Fr: Albatros à pieds noirs
Esp: Albatros Patinegro
Ital: Albatro piedineri
Sd: Svartfotad albatross
Tom Grey's Bird Pictures
Trips around the world
Text by Nicole Bouglouan
HANDBOOK OF THE BIRDS OF THE WORLD vol 1 by Josep del Hoyo-Andrew Elliot-Jordi Sargatal - Lynx Edicions - ISBN: 8487334105
Procellariforme Order – Diomedeidae Family
Length: 68-74 cm
Wingspan: 193-213 cm
Weight: 3000-3600 g
The habitat of the Black-footed Albatross is the open ocean in the Northern Hemisphere. It spends some months on breeding islands before to return to the sea.
The Black-footed Albatross is small compared to other members of this family.
It has dark brown plumage and usually white uppertail-coverts.
The underparts may be paler than above.
On the head, we can see variable extent of white or pinkish-grey or even pale brown below the eye and around the bill base, extending up towards the crown.
The bill is blackish to dark brown with black tip. The eyes are brown. Legs and webbed feet are blackish.
Both adults are similar.
The juvenile has more uniform brown plumage.
VOICE: SOUNDS BY XENO-CANTO
The Black-footed Albatross is usually silent at sea, but it may produce several croaking and gurgling sounds when they are feeding from fishing boats and competing for the food.
During the breeding period on land, some grunts, throaty cries and moans often accompany the displays. We can hear a characteristic rattling sound when the birds perform bill-clattering repeatedly.
The Black-footed Albatross is found in W Hawaii. They range in the Northern Pacific. They breed in colonies on isolated islands of the NW Hawaiian Islands.
The Black-footed Albatross feeds on fish and offal from fishing boats. It also takes squid and crustaceans and consumes floating debris.
It picks food items from the surface and may also dive from the air.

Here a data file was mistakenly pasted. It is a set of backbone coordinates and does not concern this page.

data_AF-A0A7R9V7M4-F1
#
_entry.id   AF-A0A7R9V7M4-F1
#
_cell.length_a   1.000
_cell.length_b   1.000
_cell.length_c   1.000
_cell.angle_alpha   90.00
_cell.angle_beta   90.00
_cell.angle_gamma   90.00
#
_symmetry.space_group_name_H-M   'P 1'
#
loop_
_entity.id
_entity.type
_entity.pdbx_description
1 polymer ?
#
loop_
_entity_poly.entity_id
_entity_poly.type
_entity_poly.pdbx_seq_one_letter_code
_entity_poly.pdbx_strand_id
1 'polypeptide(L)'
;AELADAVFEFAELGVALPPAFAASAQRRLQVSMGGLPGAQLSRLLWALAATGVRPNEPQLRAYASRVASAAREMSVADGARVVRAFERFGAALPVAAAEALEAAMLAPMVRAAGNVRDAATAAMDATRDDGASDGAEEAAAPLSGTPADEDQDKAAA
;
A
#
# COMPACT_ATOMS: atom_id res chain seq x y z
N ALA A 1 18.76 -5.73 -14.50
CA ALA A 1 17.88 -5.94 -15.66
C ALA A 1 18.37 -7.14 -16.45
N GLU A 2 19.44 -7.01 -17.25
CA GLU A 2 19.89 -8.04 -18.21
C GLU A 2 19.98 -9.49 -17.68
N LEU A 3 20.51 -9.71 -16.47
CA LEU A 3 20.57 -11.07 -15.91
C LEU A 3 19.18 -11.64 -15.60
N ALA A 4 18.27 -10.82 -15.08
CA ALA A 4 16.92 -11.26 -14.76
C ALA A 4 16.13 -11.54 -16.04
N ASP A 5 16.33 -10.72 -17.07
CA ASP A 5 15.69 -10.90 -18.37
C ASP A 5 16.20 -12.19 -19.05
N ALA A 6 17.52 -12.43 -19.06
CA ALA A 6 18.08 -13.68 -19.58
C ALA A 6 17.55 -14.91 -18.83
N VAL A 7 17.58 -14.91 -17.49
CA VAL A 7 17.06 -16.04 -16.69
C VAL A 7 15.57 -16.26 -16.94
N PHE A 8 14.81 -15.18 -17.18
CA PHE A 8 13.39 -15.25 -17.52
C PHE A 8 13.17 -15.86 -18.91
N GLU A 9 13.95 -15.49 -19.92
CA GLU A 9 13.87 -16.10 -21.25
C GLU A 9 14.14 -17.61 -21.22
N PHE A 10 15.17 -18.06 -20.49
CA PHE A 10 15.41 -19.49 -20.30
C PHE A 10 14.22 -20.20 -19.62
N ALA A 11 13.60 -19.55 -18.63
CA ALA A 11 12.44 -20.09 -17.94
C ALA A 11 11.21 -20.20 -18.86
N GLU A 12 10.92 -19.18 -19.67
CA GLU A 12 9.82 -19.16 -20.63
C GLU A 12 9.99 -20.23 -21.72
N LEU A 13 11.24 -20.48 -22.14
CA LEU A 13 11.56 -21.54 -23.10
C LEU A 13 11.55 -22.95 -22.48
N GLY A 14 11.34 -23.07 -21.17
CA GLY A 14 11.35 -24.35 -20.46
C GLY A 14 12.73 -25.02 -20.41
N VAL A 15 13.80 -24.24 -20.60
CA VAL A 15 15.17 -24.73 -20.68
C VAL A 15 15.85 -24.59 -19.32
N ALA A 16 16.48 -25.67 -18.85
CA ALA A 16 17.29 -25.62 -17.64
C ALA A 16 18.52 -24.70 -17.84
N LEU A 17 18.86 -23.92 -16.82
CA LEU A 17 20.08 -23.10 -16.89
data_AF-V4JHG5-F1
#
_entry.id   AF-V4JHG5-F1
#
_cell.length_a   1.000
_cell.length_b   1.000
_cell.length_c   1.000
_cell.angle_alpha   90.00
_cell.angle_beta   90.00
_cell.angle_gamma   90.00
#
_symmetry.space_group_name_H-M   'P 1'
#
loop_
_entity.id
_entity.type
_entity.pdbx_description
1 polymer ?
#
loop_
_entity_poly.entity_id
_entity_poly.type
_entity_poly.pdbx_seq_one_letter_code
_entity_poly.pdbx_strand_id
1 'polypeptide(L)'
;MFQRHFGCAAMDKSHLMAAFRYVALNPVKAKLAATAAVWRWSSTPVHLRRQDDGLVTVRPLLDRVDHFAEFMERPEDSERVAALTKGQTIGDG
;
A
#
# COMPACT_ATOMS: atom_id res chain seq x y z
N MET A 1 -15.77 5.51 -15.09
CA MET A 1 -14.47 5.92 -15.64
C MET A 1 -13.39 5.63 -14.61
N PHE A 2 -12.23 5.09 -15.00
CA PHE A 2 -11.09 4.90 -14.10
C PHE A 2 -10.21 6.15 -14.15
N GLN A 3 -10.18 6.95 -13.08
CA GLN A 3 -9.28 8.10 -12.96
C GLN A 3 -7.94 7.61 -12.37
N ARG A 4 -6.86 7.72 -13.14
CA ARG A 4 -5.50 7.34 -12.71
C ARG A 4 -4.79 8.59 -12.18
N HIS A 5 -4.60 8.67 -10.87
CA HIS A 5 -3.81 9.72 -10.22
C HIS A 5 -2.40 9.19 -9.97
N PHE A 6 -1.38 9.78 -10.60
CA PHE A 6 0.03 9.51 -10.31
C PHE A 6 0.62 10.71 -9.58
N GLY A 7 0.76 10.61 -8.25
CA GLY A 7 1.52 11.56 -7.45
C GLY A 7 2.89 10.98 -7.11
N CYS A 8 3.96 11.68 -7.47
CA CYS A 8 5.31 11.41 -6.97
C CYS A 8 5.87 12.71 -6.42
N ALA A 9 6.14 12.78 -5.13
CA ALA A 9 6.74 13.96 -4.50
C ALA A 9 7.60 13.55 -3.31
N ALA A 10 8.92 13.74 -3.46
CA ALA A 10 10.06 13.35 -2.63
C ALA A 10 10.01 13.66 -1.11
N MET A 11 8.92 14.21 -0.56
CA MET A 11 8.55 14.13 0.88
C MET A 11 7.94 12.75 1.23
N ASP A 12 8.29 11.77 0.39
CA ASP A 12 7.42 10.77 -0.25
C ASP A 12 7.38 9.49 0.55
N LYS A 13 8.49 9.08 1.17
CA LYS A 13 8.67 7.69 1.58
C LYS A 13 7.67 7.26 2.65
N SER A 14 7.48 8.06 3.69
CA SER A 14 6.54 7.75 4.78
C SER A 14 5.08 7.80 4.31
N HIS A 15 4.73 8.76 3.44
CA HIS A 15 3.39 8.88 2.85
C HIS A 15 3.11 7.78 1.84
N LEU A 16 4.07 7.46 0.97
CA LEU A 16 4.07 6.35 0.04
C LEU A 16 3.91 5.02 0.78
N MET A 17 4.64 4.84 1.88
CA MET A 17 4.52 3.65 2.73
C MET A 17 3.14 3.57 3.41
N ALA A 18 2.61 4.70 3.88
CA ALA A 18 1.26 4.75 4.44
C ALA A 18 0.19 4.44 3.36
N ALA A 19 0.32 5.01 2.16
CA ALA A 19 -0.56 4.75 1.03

They often follow the fishing boats and other ships along California current.
The Black-footed Albatross disperses over the Northern Pacific after the breeding season, and often reaches the Bering Sea. Large numbers occur off Pacific coast of N America. This species may reach Galapagos Islands and New Zealand.
The Black-footed Albatross needs to cover long-distances when foraging. The large wingspan makes difficult both taking off and landing. The bird needs to run over the surface to take flight, and landing is something hazardous.
The flight is highly efficient in the strong winds. The bird turns into the wind to gain height and then, it glides while losing height gradually. It repeats the same method several times.
But it cannot sustain flapping flight and remain on the water when there is no wind at all.
The breeding season starts in November.
The Black-footed Albatross nests in colonies, often associated with other seabirds.
The simple nest is a scrape in sand, with no rim, made with pieces of grasses and located near beaches.
The female lays a single egg. Incubation by both parents lasts about 65 days. Male and female incubate alternatively during two or three weeks.
The chick is covered in greyish-brown down becoming paler very soon. It is fed by both adults by regurgitation of squid oil and flying fish eggs. It fledges 4-5 months after hatching, in June/July.
Both parents usually leave the breeding grounds before the chick has reached the full juvenile plumage. The young bird relies on its fat reserves until its first flight.
It reaches the sexual maturity at 8/10 years.
PROTECTION / THREATS / STATUS:
The Black-footed Albatross is listed as Endangered, due to habitat loss, disturbances and predation by mammals on the breeding grounds.
Some local increases due to conservation management may lead to a review of this categorisation. The birds ingest great quantities of floating rubbish across N pacific from Japan.